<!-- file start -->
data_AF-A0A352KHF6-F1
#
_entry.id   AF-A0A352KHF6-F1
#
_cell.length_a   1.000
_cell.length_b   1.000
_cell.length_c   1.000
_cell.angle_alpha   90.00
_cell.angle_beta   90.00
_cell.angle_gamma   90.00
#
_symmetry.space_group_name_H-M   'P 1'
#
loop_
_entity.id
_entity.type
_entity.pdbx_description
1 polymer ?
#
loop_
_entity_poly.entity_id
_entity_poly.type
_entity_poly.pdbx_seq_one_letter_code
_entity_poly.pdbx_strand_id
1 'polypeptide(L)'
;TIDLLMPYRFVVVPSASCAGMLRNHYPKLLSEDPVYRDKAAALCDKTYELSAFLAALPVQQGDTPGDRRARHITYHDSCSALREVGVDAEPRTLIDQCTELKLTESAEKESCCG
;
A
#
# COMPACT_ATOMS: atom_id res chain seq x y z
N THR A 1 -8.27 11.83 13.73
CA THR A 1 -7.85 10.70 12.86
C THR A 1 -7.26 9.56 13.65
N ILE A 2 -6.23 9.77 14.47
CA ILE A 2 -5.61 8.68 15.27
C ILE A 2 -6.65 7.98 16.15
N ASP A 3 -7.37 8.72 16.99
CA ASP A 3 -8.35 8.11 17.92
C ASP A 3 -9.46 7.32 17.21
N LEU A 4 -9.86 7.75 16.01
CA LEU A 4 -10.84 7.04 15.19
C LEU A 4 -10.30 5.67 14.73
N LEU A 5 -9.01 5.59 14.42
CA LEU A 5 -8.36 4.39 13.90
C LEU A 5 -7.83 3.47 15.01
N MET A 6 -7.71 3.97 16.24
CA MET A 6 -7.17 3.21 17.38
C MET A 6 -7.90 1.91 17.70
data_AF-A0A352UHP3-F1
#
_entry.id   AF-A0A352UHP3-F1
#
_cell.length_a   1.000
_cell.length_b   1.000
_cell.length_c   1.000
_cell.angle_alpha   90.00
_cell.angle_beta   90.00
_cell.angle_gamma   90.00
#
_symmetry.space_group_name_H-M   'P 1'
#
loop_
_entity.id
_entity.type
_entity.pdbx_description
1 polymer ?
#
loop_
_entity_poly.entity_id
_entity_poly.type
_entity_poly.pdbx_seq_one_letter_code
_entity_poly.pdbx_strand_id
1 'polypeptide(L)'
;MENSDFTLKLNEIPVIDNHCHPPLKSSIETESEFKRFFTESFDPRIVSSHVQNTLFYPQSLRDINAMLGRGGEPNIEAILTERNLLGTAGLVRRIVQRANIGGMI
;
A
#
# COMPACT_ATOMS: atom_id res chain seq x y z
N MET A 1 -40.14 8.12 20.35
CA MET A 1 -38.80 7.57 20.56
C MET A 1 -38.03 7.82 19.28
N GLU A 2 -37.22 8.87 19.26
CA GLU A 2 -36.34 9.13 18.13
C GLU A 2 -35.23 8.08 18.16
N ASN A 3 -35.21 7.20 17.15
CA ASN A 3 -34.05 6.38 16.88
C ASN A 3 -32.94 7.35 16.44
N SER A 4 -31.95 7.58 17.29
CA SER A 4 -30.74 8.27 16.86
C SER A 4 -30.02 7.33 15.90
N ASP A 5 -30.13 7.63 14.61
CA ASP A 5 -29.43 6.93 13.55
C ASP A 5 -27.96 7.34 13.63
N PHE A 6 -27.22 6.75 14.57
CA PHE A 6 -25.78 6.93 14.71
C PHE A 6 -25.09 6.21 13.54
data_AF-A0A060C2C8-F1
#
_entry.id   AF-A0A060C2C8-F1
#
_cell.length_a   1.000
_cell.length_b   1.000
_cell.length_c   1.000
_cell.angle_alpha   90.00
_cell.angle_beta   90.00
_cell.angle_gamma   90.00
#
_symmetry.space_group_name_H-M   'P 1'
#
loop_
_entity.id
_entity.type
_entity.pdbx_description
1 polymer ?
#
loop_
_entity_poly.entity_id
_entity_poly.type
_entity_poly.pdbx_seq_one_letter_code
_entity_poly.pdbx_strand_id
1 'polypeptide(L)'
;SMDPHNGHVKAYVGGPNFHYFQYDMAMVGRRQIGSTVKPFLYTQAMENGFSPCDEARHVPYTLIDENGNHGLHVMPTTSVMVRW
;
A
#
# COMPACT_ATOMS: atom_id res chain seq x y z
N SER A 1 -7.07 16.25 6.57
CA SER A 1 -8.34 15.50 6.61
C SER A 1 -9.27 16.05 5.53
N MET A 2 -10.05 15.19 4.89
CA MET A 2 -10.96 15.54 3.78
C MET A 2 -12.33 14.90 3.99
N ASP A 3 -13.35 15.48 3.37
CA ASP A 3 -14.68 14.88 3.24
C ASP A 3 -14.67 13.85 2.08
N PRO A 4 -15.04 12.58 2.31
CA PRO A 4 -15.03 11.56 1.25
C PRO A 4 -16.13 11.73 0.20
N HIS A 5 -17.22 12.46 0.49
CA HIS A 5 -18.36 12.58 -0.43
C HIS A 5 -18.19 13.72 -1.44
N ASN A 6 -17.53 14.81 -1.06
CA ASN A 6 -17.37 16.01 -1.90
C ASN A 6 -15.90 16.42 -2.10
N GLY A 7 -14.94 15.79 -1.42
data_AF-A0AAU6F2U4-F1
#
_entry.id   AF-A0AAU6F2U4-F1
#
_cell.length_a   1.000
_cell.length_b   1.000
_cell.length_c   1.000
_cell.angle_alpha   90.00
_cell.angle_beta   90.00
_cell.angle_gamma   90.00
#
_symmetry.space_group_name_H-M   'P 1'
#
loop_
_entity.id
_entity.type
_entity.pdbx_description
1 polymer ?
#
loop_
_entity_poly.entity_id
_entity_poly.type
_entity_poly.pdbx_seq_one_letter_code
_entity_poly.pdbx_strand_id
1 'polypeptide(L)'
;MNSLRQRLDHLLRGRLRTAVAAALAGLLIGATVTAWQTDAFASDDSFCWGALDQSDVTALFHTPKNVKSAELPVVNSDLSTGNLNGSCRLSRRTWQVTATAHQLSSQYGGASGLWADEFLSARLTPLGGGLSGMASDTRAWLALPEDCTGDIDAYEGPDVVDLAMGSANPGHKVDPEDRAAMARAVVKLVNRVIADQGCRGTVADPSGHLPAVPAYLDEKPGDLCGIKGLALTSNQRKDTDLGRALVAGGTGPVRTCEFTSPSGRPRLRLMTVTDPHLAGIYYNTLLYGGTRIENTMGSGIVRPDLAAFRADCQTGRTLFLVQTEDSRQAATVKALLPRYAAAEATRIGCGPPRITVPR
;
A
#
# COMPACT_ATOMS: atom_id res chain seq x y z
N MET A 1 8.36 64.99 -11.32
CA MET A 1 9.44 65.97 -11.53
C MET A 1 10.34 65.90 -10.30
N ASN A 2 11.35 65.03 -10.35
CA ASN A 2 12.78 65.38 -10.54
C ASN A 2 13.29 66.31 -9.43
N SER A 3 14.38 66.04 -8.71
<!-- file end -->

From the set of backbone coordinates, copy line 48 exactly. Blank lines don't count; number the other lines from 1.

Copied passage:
C MET A 6 -7.90 1.91 17.70